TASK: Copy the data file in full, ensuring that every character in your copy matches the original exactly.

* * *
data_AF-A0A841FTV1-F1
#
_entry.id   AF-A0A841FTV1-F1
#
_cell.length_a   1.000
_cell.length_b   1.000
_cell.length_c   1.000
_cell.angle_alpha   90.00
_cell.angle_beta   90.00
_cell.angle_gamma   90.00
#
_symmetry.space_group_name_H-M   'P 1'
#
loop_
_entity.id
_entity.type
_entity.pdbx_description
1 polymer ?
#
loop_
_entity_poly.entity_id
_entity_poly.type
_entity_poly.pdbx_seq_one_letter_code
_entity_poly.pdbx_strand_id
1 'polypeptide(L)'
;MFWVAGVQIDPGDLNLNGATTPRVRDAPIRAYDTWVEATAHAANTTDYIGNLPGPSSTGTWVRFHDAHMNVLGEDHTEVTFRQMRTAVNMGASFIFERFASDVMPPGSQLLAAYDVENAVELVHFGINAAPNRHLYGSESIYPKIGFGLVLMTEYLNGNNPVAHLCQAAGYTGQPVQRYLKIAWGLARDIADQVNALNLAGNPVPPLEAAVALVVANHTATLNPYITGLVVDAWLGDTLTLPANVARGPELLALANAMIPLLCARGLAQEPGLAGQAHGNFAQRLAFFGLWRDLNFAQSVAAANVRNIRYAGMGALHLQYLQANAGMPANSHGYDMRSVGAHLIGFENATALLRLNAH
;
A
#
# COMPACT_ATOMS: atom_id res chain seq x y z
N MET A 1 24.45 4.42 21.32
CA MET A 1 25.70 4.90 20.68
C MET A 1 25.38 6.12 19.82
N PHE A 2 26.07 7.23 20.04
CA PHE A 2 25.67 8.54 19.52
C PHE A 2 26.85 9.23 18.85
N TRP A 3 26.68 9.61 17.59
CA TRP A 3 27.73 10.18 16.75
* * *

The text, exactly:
data_AF-A0A841FTV1-F1
#
_entry.id   AF-A0A841FTV1-F1
#
_cell.length_a   1.000
_cell.length_b   1.000
_cell.length_c   1.000
_cell.angle_alpha   90.00
_cell.angle_beta   90.00
_cell.angle_gamma   90.00
#
_symmetry.space_group_name_H-M   'P 1'
#
loop_
_entity.id
_entity.type
_entity.pdbx_description
1 polymer ?
#
loop_
_entity_poly.entity_id
_entity_poly.type
_entity_poly.pdbx_seq_one_letter_code
_entity_poly.pdbx_strand_id
1 'polypeptide(L)'
;MFWVAGVQIDPGDLNLNGATTPRVRDAPIRAYDTWVEATAHAANTTDYIGNLPGPSSTGTWVRFHDAHMNVLGEDHTEVTFRQMRTAVNMGASFIFERFASDVMPPGSQLLAAYDVENAVELVHFGINAAPNRHLYGSESIYPKIGFGLVLMTEYLNGNNPVAHLCQAAGYTGQPVQRYLKIAWGLARDIADQVNALNLAGNPVPPLEAAVALVVANHTATLNPYITGLVVDAWLGDTLTLPANVARGPELLALANAMIPLLCARGLAQEPGLAGQAHGNFAQRLAFFGLWRDLNFAQSVAAANVRNIRYAGMGALHLQYLQANAGMPANSHGYDMRSVGAHLIGFENATALLRLNAH
;
A
#
# COMPACT_ATOMS: atom_id res chain seq x y z
N MET A 1 24.45 4.42 21.32
CA MET A 1 25.70 4.90 20.68
C MET A 1 25.38 6.12 19.82
N PHE A 2 26.07 7.23 20.04
CA PHE A 2 25.67 8.54 19.52
C PHE A 2 26.85 9.23 18.85
N TRP A 3 26.68 9.61 17.59
CA TRP A 3 27.73 10.18 16.75